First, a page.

• Acceptance – they accept themselves, others and the natural world the way they are. Furthermore do they see human nature as is, have a lack of crippling guilt or shame, and enjoy themselves without regret or apology. Also, they have no unnecessary inhibitions.
  • Spontaneity, Simplicity, Naturalness – spontaneous in their inner life, thoughts and impulses, they are unhampered by convention. Their ethics is autonomous, they are individuals, and are motivated to continual growth.
  • Problem Centring – they focus on problems outside themselves, centred on others. They have a mission in life requiring much energy, their mission is their reason for existence. And, they are serene, characterized by a lack of worry, and are devoted to duty.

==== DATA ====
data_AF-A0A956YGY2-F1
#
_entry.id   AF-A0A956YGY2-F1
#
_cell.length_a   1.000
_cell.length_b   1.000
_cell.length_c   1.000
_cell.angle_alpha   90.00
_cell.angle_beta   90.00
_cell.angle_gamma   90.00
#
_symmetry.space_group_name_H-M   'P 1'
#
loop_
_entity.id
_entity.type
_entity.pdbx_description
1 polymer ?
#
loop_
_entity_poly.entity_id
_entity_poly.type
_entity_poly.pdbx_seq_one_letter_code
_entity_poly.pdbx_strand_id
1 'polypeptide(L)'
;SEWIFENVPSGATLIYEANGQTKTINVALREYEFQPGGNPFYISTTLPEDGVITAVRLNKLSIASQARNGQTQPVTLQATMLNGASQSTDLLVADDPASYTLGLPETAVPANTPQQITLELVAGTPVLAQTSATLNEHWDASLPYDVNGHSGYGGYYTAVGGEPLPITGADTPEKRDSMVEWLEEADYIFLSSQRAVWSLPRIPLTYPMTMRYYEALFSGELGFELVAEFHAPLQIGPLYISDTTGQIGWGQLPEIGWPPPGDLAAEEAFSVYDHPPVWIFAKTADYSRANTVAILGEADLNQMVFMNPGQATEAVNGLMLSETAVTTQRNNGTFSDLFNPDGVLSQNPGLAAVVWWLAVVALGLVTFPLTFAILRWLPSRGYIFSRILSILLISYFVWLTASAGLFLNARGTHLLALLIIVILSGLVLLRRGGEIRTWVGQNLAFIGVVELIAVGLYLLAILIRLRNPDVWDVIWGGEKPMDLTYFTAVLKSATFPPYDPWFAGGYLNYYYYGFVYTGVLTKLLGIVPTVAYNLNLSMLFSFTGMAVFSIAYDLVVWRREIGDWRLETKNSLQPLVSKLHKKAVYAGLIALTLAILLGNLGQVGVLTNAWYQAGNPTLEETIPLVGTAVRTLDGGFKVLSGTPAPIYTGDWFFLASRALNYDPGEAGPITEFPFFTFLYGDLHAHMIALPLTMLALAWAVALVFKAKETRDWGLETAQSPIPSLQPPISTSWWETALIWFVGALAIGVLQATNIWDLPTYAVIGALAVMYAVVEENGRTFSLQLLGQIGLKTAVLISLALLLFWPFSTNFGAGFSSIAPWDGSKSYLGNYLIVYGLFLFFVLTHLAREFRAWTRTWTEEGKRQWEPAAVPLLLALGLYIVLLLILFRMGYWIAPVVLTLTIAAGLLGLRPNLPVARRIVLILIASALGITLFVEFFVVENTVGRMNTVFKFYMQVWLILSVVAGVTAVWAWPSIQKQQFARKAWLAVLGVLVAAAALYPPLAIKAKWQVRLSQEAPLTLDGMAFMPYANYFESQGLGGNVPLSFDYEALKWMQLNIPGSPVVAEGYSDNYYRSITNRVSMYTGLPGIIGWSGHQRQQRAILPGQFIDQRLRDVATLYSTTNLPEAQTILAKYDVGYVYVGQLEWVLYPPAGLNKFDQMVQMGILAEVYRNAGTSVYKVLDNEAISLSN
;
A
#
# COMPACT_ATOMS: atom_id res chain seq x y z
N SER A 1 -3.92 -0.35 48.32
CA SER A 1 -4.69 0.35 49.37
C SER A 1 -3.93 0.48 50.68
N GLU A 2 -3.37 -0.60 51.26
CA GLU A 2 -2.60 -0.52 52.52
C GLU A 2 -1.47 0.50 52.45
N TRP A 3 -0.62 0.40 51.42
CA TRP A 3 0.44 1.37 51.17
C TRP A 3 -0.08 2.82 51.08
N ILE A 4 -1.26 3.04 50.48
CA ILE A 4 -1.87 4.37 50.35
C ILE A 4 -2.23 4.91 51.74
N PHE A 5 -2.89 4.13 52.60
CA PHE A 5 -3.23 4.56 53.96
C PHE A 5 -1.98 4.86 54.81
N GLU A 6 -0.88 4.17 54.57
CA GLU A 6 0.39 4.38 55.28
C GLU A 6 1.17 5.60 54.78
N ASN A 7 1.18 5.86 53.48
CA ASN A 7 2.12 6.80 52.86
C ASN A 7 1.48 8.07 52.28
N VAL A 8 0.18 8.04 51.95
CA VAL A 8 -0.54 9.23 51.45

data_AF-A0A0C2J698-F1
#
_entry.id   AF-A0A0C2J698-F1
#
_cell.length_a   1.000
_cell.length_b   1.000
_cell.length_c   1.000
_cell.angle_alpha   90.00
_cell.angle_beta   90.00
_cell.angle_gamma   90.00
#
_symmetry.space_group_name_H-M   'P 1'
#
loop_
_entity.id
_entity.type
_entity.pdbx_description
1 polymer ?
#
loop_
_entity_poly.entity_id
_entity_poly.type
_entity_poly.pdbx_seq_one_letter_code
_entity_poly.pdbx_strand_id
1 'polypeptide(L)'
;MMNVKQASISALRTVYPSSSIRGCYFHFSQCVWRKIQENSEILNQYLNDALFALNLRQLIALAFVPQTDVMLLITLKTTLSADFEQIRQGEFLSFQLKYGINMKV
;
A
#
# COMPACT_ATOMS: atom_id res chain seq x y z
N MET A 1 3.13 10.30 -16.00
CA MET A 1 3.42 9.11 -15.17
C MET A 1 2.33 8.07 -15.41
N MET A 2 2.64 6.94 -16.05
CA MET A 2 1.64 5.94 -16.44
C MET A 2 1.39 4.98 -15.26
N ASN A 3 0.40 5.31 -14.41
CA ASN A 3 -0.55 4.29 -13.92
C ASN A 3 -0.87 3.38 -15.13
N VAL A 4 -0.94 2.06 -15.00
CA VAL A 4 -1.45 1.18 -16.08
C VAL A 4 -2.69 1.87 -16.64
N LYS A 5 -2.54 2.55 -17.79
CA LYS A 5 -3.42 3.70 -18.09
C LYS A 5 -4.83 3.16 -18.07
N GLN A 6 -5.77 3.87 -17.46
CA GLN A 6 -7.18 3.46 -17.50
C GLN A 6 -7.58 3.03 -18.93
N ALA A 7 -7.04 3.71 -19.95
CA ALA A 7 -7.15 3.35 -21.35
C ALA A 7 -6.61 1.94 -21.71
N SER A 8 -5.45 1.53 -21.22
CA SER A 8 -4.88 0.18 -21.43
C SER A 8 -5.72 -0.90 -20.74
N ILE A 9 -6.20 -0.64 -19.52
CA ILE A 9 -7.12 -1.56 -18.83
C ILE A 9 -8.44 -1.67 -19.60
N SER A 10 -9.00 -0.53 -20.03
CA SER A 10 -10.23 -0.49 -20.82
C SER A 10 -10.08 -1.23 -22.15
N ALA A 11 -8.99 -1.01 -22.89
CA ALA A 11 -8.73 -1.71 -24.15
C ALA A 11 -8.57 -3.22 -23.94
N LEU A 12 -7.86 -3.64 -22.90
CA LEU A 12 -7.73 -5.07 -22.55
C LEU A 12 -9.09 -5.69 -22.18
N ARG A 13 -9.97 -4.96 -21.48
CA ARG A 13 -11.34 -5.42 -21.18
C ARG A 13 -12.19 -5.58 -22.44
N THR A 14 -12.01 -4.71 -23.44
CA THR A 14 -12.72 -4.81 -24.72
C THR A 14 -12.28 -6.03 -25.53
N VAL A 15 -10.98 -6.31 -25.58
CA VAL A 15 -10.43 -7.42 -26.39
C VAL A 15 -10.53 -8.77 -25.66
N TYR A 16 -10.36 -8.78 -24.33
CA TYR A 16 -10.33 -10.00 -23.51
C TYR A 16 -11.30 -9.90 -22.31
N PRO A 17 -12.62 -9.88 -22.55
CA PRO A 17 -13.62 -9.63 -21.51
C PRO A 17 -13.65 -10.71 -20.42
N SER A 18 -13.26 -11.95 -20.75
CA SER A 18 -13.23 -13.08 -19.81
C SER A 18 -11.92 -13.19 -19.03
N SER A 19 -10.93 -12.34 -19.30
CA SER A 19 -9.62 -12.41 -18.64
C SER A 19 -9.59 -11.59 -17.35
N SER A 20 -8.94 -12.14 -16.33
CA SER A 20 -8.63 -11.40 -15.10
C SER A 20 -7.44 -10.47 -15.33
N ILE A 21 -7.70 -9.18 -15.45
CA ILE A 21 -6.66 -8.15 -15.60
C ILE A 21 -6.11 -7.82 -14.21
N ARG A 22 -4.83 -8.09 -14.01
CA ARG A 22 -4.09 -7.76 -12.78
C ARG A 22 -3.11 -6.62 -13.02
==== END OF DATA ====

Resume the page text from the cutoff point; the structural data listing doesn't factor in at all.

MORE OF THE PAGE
• Detachment: The Need for Privacy – SA people are alone but not lonely, unflappable, retain dignity amid confusion and personal misfortunes, objective. They are self-starters, responsible for themselves, own their behaviour.
  • Autonomy: Independent of Culture and Environment – SA’s rely on inner self for satisfaction. Stable in the face of hard knocks, they are self-contained, independent from love and respect.
  • Continued Freshness of Appreciation – they have a fresh rather than stereotyped appreciation of people and things. Appreciation of the basic good in life, moment to moment living is thrilling, transcending and spiritual. They live the present moment to the fullest.

According to Saul McLeod (Simply Psychology), Maslow estimated that only about two percent of people reaches self-actualization.

Concluding

Gratefully, it’s not everyone that seeks and reaches self-actualization. However, if self-actualization seeking people subscribe to your website, or follow your business on social networks, then you may possess a niche audience.